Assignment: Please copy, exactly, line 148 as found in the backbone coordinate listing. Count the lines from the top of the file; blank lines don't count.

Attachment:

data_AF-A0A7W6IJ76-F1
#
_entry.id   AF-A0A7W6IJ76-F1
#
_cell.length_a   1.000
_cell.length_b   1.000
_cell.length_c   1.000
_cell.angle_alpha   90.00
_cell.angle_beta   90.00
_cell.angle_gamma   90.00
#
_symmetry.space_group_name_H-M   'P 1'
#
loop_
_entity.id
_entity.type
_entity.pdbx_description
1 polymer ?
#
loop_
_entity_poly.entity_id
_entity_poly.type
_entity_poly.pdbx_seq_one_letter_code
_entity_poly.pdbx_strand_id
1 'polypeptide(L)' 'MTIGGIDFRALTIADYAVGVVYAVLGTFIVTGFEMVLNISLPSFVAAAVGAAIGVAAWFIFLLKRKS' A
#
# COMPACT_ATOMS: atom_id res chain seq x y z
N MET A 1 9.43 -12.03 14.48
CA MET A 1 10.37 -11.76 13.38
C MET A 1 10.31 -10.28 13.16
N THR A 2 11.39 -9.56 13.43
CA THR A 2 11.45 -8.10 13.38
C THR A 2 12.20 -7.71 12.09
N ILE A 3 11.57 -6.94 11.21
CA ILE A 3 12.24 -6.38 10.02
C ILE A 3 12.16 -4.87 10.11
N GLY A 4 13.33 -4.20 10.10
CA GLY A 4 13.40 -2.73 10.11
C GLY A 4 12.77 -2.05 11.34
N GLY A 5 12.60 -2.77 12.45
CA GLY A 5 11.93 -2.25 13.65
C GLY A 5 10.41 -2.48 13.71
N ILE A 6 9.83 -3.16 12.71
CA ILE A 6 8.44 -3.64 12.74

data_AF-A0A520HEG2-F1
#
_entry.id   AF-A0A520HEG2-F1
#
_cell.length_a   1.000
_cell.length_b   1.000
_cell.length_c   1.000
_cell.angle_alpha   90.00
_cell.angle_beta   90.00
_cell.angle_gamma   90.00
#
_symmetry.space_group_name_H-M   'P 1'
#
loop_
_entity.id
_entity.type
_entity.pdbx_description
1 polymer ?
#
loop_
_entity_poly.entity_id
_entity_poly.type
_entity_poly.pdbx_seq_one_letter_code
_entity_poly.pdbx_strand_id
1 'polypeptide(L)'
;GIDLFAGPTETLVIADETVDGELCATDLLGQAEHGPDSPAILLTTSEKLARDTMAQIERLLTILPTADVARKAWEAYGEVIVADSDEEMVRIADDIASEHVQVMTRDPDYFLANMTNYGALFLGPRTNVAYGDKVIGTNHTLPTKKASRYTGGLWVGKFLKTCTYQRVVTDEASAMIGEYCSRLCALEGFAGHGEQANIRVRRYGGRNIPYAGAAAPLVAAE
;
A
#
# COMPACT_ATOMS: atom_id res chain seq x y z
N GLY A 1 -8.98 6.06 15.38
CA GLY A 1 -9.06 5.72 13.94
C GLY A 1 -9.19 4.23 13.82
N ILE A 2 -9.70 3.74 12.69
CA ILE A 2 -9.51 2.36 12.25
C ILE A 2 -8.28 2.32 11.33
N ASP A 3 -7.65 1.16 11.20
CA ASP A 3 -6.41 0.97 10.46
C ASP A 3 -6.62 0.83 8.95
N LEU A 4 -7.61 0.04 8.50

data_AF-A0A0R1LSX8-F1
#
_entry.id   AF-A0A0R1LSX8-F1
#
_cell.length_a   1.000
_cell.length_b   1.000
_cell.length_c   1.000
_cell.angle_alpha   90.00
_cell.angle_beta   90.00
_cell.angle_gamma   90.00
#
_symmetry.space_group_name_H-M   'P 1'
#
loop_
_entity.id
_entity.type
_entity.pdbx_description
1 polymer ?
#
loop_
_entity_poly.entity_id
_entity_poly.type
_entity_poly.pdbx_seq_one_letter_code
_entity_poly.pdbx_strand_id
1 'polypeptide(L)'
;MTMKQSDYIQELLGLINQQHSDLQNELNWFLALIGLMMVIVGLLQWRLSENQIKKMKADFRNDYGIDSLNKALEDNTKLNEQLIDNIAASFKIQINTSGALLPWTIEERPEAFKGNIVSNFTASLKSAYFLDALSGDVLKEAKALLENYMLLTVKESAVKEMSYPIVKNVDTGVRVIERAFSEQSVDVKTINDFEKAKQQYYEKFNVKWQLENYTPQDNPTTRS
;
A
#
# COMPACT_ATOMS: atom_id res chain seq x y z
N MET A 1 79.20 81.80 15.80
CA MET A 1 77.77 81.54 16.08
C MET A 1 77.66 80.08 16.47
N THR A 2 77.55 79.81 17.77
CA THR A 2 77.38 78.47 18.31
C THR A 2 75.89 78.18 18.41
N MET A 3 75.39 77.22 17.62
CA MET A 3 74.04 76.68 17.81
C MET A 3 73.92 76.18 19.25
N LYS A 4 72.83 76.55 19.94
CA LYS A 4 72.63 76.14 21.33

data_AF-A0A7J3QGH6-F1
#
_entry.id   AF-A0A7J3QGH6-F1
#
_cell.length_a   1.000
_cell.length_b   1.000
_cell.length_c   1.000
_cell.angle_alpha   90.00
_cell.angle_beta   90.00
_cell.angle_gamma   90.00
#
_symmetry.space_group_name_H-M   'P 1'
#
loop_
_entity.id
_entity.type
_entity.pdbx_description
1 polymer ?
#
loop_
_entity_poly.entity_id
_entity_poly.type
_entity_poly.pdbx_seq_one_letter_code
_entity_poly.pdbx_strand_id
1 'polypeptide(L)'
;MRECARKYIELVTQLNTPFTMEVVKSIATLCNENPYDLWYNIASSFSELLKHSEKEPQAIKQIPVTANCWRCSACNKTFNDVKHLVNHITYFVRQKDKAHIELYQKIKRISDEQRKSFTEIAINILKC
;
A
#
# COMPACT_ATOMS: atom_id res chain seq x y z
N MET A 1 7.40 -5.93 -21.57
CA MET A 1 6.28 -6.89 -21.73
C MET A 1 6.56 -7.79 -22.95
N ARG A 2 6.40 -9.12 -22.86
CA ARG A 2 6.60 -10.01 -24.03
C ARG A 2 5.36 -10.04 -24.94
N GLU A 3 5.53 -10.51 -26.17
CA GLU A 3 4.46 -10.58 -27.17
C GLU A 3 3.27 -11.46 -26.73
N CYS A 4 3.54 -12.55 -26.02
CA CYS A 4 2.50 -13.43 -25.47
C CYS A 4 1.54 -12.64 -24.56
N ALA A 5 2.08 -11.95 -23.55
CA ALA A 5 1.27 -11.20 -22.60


_entity_poly.pdbx_seq_one_letter_code